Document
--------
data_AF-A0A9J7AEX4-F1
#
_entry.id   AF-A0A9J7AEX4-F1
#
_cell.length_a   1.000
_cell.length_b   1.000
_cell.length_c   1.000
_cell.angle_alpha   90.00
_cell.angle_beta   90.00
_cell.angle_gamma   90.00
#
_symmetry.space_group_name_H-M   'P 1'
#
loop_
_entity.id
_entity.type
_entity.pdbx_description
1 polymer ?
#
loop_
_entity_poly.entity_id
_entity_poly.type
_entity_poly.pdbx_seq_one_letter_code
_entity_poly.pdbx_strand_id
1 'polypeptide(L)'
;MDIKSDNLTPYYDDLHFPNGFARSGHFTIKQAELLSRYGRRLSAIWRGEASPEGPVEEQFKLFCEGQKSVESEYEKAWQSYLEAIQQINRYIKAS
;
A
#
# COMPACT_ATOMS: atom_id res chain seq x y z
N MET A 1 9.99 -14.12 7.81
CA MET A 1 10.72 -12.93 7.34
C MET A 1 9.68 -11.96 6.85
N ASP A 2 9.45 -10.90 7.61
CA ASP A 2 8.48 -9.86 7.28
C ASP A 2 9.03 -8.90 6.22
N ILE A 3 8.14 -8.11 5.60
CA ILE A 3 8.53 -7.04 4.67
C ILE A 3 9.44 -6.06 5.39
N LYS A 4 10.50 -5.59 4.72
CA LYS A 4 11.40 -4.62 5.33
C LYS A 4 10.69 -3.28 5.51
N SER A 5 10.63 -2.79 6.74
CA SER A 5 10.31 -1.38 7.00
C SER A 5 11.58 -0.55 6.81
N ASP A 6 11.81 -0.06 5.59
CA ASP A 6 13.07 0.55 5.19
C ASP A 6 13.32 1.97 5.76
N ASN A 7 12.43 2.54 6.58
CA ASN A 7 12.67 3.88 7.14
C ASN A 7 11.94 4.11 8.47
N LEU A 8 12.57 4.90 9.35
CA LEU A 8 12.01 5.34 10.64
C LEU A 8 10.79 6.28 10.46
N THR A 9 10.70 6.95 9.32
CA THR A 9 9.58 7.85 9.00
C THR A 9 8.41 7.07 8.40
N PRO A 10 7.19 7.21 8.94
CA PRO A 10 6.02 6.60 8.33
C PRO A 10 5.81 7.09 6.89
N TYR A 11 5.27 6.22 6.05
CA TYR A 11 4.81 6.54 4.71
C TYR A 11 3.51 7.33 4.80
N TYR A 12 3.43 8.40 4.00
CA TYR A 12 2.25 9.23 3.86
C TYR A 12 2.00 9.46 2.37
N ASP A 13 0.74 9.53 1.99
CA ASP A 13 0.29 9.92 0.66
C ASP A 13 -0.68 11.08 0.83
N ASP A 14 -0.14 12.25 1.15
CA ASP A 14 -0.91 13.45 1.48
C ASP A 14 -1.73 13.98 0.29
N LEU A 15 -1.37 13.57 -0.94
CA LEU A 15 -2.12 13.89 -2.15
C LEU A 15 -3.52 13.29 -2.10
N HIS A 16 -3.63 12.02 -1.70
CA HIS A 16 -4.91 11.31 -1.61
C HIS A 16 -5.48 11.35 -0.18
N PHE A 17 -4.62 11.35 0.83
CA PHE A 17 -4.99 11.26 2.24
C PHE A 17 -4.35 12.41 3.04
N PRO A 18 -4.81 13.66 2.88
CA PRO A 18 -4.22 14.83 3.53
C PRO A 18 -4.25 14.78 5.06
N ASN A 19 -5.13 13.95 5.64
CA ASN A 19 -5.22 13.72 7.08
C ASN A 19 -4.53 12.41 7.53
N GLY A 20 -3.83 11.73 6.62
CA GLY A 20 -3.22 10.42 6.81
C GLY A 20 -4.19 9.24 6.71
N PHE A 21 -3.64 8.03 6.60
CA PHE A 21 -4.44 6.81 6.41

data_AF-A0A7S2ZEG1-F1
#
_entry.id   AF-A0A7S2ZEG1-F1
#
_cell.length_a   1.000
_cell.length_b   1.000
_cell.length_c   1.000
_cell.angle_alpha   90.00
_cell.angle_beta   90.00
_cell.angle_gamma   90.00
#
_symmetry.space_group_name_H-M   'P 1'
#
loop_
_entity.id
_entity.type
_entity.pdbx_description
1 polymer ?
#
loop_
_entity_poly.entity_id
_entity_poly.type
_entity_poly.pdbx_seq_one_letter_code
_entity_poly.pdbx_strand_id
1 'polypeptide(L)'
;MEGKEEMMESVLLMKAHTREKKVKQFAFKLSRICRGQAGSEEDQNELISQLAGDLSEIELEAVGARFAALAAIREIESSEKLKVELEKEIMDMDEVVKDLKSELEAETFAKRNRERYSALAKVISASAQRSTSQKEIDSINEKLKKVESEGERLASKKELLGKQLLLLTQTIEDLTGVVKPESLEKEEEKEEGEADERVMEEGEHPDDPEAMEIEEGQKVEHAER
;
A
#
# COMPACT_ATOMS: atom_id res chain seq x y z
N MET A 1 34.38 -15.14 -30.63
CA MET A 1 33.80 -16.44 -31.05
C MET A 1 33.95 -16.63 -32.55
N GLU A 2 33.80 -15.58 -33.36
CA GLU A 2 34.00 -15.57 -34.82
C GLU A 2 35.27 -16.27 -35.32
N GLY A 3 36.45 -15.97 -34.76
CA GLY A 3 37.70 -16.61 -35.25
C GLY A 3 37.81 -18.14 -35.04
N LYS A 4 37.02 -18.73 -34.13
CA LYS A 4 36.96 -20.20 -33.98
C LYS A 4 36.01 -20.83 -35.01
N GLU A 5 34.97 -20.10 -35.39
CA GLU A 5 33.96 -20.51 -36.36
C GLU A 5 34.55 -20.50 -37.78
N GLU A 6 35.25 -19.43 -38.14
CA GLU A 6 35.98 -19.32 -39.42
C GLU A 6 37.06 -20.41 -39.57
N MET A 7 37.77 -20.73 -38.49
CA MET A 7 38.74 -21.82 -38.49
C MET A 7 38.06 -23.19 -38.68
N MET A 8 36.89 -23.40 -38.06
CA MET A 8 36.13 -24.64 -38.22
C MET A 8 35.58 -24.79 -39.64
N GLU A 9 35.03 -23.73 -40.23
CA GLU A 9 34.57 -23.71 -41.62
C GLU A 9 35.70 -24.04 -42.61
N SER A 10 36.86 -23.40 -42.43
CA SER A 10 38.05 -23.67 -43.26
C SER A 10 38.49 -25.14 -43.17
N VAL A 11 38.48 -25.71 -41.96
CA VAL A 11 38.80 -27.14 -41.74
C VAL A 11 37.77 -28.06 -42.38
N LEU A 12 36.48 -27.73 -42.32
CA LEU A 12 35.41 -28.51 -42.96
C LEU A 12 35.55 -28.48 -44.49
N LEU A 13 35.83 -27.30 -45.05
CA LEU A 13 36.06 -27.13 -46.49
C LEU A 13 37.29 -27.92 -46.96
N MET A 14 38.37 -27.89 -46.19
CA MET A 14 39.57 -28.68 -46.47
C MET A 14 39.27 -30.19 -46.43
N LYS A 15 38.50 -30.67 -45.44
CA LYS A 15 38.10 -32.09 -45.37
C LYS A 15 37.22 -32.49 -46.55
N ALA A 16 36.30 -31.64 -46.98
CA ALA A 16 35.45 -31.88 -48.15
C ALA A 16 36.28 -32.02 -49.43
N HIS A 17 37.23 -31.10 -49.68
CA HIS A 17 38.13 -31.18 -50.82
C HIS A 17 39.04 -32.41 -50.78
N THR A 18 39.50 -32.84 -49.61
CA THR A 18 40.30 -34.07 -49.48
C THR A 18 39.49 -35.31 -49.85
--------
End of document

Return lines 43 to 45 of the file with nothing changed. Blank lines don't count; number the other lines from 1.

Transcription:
N SER A 5 10.63 -2.79 6.74
CA SER A 5 10.31 -1.38 7.00
C SER A 5 11.58 -0.55 6.81